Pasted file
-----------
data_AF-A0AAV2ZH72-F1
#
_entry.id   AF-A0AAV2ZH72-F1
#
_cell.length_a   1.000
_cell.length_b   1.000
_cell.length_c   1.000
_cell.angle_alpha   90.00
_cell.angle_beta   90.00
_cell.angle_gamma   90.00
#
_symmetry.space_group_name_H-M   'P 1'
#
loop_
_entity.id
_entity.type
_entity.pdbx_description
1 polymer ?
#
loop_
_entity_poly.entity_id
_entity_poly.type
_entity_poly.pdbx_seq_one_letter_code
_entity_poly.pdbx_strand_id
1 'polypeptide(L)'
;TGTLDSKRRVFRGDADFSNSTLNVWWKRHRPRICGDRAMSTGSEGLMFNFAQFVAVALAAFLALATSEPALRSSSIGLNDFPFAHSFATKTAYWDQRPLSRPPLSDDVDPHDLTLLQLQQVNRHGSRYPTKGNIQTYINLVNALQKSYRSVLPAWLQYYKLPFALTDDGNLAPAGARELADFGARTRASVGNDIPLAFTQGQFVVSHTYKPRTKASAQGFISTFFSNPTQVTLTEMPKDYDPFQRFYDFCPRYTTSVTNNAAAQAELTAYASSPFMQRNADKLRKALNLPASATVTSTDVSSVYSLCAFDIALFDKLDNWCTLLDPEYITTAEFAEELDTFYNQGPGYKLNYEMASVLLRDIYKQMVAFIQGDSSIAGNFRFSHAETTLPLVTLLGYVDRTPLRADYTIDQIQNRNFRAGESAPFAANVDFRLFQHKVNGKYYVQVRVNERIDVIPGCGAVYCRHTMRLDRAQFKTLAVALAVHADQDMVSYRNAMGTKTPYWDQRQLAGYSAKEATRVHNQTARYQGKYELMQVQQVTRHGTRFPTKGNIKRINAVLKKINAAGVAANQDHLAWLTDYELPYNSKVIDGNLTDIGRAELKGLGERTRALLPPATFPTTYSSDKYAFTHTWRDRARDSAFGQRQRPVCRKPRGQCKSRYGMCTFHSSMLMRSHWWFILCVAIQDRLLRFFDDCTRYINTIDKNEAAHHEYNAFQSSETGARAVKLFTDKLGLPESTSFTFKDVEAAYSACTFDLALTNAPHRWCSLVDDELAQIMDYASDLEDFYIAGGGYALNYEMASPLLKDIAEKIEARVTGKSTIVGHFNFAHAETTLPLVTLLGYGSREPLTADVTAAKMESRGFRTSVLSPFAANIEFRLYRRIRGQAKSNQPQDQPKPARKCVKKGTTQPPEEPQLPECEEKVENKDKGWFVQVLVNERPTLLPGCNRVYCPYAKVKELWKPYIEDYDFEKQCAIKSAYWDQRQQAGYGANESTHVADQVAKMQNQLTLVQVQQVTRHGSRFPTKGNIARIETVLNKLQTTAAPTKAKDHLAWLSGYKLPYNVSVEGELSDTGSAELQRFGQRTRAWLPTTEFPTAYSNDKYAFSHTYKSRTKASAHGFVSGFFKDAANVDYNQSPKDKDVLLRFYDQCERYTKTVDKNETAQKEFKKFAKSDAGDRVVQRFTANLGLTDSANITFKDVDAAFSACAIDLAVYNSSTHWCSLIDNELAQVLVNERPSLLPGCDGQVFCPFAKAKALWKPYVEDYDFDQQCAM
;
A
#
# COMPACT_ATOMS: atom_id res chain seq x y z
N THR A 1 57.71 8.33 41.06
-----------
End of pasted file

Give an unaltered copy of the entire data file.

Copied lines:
data_AF-A0AAV2ZH72-F1
#
_entry.id   AF-A0AAV2ZH72-F1
#
_cell.length_a   1.000
_cell.length_b   1.000
_cell.length_c   1.000
_cell.angle_alpha   90.00
_cell.angle_beta   90.00
_cell.angle_gamma   90.00
#
_symmetry.space_group_name_H-M   'P 1'
#
loop_
_entity.id
_entity.type
_entity.pdbx_description
1 polymer ?
#
loop_
_entity_poly.entity_id
_entity_poly.type
_entity_poly.pdbx_seq_one_letter_code
_entity_poly.pdbx_strand_id
1 'polypeptide(L)'
;TGTLDSKRRVFRGDADFSNSTLNVWWKRHRPRICGDRAMSTGSEGLMFNFAQFVAVALAAFLALATSEPALRSSSIGLNDFPFAHSFATKTAYWDQRPLSRPPLSDDVDPHDLTLLQLQQVNRHGSRYPTKGNIQTYINLVNALQKSYRSVLPAWLQYYKLPFALTDDGNLAPAGARELADFGARTRASVGNDIPLAFTQGQFVVSHTYKPRTKASAQGFISTFFSNPTQVTLTEMPKDYDPFQRFYDFCPRYTTSVTNNAAAQAELTAYASSPFMQRNADKLRKALNLPASATVTSTDVSSVYSLCAFDIALFDKLDNWCTLLDPEYITTAEFAEELDTFYNQGPGYKLNYEMASVLLRDIYKQMVAFIQGDSSIAGNFRFSHAETTLPLVTLLGYVDRTPLRADYTIDQIQNRNFRAGESAPFAANVDFRLFQHKVNGKYYVQVRVNERIDVIPGCGAVYCRHTMRLDRAQFKTLAVALAVHADQDMVSYRNAMGTKTPYWDQRQLAGYSAKEATRVHNQTARYQGKYELMQVQQVTRHGTRFPTKGNIKRINAVLKKINAAGVAANQDHLAWLTDYELPYNSKVIDGNLTDIGRAELKGLGERTRALLPPATFPTTYSSDKYAFTHTWRDRARDSAFGQRQRPVCRKPRGQCKSRYGMCTFHSSMLMRSHWWFILCVAIQDRLLRFFDDCTRYINTIDKNEAAHHEYNAFQSSETGARAVKLFTDKLGLPESTSFTFKDVEAAYSACTFDLALTNAPHRWCSLVDDELAQIMDYASDLEDFYIAGGGYALNYEMASPLLKDIAEKIEARVTGKSTIVGHFNFAHAETTLPLVTLLGYGSREPLTADVTAAKMESRGFRTSVLSPFAANIEFRLYRRIRGQAKSNQPQDQPKPARKCVKKGTTQPPEEPQLPECEEKVENKDKGWFVQVLVNERPTLLPGCNRVYCPYAKVKELWKPYIEDYDFEKQCAIKSAYWDQRQQAGYGANESTHVADQVAKMQNQLTLVQVQQVTRHGSRFPTKGNIARIETVLNKLQTTAAPTKAKDHLAWLSGYKLPYNVSVEGELSDTGSAELQRFGQRTRAWLPTTEFPTAYSNDKYAFSHTYKSRTKASAHGFVSGFFKDAANVDYNQSPKDKDVLLRFYDQCERYTKTVDKNETAQKEFKKFAKSDAGDRVVQRFTANLGLTDSANITFKDVDAAFSACAIDLAVYNSSTHWCSLIDNELAQVLVNERPSLLPGCDGQVFCPFAKAKALWKPYVEDYDFDQQCAM
;
A
#
# COMPACT_ATOMS: atom_id res chain seq x y z
N THR A 1 57.71 8.33 41.06